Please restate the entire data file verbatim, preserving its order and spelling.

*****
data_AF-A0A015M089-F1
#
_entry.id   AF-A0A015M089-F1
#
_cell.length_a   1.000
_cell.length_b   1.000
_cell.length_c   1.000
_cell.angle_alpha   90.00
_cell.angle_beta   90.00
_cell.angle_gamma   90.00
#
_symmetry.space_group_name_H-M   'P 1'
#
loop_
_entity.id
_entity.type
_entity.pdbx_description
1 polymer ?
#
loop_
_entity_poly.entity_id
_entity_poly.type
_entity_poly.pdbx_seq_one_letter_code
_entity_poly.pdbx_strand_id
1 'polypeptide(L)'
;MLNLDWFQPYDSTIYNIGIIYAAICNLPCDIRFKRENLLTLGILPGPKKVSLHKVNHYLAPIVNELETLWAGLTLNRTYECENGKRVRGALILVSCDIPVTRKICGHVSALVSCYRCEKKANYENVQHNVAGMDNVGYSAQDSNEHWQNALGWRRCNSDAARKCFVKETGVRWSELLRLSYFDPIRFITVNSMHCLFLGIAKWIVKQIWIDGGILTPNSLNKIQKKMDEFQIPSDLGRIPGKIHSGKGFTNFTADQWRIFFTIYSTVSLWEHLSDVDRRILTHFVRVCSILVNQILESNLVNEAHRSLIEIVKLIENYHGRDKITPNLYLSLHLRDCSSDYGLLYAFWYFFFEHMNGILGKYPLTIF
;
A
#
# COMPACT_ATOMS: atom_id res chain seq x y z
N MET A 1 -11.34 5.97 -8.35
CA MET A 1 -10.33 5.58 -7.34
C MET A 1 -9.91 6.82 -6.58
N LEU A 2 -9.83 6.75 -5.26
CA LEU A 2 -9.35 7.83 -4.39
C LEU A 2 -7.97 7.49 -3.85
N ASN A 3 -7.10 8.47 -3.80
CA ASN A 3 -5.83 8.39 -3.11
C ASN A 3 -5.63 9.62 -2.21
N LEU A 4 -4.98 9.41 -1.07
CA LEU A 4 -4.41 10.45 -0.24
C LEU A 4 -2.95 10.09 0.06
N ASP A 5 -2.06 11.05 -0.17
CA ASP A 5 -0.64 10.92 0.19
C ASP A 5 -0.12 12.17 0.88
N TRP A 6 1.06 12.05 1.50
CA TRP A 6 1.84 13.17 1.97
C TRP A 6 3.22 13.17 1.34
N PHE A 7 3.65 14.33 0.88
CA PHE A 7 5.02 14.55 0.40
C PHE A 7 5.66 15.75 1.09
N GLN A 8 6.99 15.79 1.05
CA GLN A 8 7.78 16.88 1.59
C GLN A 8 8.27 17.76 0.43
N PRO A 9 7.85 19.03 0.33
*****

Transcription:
data_AF-A0A015M089-F1
#
_entry.id   AF-A0A015M089-F1
#
_cell.length_a   1.000
_cell.length_b   1.000
_cell.length_c   1.000
_cell.angle_alpha   90.00
_cell.angle_beta   90.00
_cell.angle_gamma   90.00
#
_symmetry.space_group_name_H-M   'P 1'
#
loop_
_entity.id
_entity.type
_entity.pdbx_description
1 polymer ?
#
loop_
_entity_poly.entity_id
_entity_poly.type
_entity_poly.pdbx_seq_one_letter_code
_entity_poly.pdbx_strand_id
1 'polypeptide(L)'
;MLNLDWFQPYDSTIYNIGIIYAAICNLPCDIRFKRENLLTLGILPGPKKVSLHKVNHYLAPIVNELETLWAGLTLNRTYECENGKRVRGALILVSCDIPVTRKICGHVSALVSCYRCEKKANYENVQHNVAGMDNVGYSAQDSNEHWQNALGWRRCNSDAARKCFVKETGVRWSELLRLSYFDPIRFITVNSMHCLFLGIAKWIVKQIWIDGGILTPNSLNKIQKKMDEFQIPSDLGRIPGKIHSGKGFTNFTADQWRIFFTIYSTVSLWEHLSDVDRRILTHFVRVCSILVNQILESNLVNEAHRSLIEIVKLIENYHGRDKITPNLYLSLHLRDCSSDYGLLYAFWYFFFEHMNGILGKYPLTIF
;
A
#
# COMPACT_ATOMS: atom_id res chain seq x y z
N MET A 1 -11.34 5.97 -8.35
CA MET A 1 -10.33 5.58 -7.34
C MET A 1 -9.91 6.82 -6.58
N LEU A 2 -9.83 6.75 -5.26
CA LEU A 2 -9.35 7.83 -4.39
C LEU A 2 -7.97 7.49 -3.85
N ASN A 3 -7.10 8.47 -3.80
CA ASN A 3 -5.83 8.39 -3.11
C ASN A 3 -5.63 9.62 -2.21
N LEU A 4 -4.98 9.41 -1.07
CA LEU A 4 -4.41 10.45 -0.24
C LEU A 4 -2.95 10.09 0.06
N ASP A 5 -2.06 11.05 -0.17
CA ASP A 5 -0.64 10.92 0.19
C ASP A 5 -0.12 12.17 0.88
N TRP A 6 1.06 12.05 1.50
CA TRP A 6 1.84 13.17 1.97
C TRP A 6 3.22 13.17 1.34
N PHE A 7 3.65 14.33 0.88
CA PHE A 7 5.02 14.55 0.40
C PHE A 7 5.66 15.75 1.09
N GLN A 8 6.99 15.79 1.05
CA GLN A 8 7.78 16.88 1.59
C GLN A 8 8.27 17.76 0.43
N PRO A 9 7.85 19.03 0.33